Ovanstående bild visar den amerikanska kvinnan, Tracy Marciniak, när hon i samband med begravningen tar avsked av sin ofödde son. Pojken, vars namn var tänkt att bli Zachariah, mördades av sin egen far fem dagar innan det planerade förlossningsdatumet. Precis som i dagens Sverige fanns det dock vid denna tidpunkt, i delstaten Wisconsin, ingen juridisk möjlighet att straffa någon för våld mot en ofödd person. Enligt lagen i dagens Sverige och dåtidens Wisconsin kan man bara se ett och inte två brottsoffer på ovanstående bild och ingen människa har dött.
Flera liknande fall där våldsverkare har överfallit gravida kvinnor med avsikten att skada eller döda deras ofödda barn har inträffat också i Sverige. Förövarna har då bara straffats för misshandeln av kvinnan. Enligt den nuvarande svenska lagstiftningen är det inte mer förkastligt att sparka en gravid- än en icke gravid kvinna i magen. Att döda någons efterlängtade barn ger inget straff alls och detta trots att regeringen förra året beslutade om en lagrådsremiss i riktning mot att förändra folkbokföringslagen, så att foster som dör i samband med missfall i vecka 22 eller senare skall klassificeras som ett avlidet barn och få ett dödsbevis utfärdat.
Personligen anser jag att denna ordning är en skam för vårt land och en kränkning av den allmänna rättuppfattningen och jag beklagar att den borgerliga regeringen, trots att flera av deras egna riksdagsledamöter tidigare lyft frågan, inte har gjort ett dyft för att åtgärda problemet.
När Tracy Marciniak återhämtat sig från den misshandel som hennes make utsatte henne för började hon kämpa för en lagändring som retroaktivt skulle erkänna hennes son som en människa och ett brottsoffer. 1998 införde också Wisconsin en ny lag som gör det straffbart att medvetet skada ett önskat ofött barn. En sådan lagstiftning finns nu i 35 amerikanska delstater och även i andra länder såsom Frankrike. Tracy har därefter gått vidare för att försöka få till stånd en liknande lagändring även på den federala nivån i USA.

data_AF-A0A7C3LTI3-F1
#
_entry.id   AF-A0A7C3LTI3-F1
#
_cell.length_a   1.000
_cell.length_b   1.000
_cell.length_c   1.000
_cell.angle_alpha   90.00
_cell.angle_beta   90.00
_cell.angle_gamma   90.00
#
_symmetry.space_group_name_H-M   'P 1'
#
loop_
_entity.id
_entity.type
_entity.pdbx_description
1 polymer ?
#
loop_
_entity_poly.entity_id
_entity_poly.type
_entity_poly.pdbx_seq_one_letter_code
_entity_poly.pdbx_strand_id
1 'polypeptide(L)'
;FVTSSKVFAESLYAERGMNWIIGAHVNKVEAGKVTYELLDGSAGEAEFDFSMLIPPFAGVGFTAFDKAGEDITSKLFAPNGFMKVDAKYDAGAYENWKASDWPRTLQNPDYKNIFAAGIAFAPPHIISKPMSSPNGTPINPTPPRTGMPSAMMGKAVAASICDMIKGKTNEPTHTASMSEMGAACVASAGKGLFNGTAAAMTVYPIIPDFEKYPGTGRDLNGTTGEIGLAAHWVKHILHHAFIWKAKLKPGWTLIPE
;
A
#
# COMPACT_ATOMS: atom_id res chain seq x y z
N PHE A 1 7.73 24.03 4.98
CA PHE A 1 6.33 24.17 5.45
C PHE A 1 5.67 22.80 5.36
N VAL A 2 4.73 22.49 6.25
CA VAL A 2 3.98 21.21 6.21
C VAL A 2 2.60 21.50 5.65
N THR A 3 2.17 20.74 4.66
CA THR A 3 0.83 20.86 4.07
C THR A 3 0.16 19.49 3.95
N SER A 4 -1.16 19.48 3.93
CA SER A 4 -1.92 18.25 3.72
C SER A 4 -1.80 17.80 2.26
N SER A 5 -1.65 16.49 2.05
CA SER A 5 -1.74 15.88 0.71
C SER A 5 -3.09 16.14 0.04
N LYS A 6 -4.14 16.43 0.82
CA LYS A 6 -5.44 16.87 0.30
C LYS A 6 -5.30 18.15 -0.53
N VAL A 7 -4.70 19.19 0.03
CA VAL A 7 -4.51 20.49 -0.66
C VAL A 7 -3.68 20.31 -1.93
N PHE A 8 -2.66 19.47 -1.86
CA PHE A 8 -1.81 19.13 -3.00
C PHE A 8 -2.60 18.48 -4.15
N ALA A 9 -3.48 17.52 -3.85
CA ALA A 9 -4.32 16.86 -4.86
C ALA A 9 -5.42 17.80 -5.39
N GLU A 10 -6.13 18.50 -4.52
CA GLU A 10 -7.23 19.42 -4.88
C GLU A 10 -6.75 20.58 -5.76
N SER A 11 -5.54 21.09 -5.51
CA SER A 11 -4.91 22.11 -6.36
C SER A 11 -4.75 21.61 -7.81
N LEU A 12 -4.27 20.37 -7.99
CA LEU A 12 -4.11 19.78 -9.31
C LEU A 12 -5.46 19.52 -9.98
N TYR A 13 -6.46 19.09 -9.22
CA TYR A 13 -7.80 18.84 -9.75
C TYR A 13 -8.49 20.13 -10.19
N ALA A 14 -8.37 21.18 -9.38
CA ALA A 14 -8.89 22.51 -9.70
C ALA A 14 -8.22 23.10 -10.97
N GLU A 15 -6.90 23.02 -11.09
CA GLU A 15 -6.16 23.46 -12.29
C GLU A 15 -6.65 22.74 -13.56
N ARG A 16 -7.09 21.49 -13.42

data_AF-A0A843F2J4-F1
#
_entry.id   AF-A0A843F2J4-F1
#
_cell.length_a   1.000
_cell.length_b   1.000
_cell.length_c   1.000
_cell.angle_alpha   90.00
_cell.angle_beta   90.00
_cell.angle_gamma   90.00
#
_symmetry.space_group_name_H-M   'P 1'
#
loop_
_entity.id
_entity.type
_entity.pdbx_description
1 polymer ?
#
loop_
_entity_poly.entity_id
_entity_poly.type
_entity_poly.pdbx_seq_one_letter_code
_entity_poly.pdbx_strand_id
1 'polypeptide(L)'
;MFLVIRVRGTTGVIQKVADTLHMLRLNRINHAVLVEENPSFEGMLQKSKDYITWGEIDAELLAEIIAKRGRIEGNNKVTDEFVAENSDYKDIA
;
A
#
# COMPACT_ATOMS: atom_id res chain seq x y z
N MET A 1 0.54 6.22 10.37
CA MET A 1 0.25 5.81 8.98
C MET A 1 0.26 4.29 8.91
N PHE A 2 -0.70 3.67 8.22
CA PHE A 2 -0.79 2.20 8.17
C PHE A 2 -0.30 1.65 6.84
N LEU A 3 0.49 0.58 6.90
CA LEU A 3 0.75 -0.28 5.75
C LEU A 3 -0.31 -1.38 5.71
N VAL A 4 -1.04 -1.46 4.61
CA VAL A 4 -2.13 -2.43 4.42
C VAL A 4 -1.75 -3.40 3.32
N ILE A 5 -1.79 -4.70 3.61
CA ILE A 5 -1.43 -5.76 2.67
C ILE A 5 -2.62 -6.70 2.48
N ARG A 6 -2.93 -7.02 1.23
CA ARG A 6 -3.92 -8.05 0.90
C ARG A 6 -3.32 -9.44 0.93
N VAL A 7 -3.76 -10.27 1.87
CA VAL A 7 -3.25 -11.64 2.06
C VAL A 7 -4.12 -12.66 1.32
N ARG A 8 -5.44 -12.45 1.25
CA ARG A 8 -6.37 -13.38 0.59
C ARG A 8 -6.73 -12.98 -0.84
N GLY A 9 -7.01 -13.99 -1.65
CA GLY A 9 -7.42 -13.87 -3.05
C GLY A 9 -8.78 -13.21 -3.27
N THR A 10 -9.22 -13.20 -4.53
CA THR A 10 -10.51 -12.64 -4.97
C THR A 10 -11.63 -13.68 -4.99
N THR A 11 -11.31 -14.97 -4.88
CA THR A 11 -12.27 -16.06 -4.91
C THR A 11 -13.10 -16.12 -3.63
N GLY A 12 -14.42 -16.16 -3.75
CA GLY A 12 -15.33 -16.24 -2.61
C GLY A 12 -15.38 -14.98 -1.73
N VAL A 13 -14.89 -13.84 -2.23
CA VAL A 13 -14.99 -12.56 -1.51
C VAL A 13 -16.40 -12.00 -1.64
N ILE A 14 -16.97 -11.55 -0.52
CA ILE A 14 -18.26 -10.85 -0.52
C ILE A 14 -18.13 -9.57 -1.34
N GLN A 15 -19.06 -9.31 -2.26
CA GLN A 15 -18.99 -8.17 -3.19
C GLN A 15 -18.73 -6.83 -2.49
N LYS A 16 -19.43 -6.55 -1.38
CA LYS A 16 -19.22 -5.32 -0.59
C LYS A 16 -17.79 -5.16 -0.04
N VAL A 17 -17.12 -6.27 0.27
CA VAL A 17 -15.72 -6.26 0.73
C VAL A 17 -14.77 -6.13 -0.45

Nedanstående är ett sammandrag från ett tal som hon höll inför det amerikanska representanthuset, tyvärr finns det inte översatt till svenska:
I respectfully ask that the members of the subcommittee to examine the photograph that you see before you. In this photo, I am holding the body of my son, Zachariah Nathanial.
Often, when people see this photo for the first time, it takes a moment for them to realize that Zachariah is not peacefully sleeping. Zachariah was dead in this photograph. This photo was taken at Zachariah’s funeral.
I carried Zachariah in my womb for almost nine full months. He was killed in my womb, only five days from his delivery date. The first time I ever held him in my arms, he was already dead. This photo shows the second time I held him, which was the last time.
There is no way that I can really tell you about the pain I feel when I visit my son’s grave site in Milwaukee, and at other times, thinking of all that we missed together. But that pain was greater because the man who killed Zachariah got away with murder.
Mr. Chairman, I ask you and the other members of the committee to look at this photograph and ask yourselves: Does it show one victim, or two?
If you look at this photo and see two victims – a dead baby and a grieving mother who survived a brutal assault – then you should support the Unborn Victims of Violence Act.
I know that some lawmakers and some groups insist that there is no such thing as an unborn victim, and that crimes like this only have a single victim – but that is callous and it is wrong. Please don’t tell me that my son was not a real victim of a real crime. We were both victims, but only I survived.
Zachariah’s delivery date was to be February 13, 1992. But on the night of February 8, my own husband brutally attacked me at my home in Milwaukee. He held me against a couch by my hair. He knew that I very much wanted my son. He punched me very hard twice in the abdomen. Then he refused to call for help, and prevented me from calling.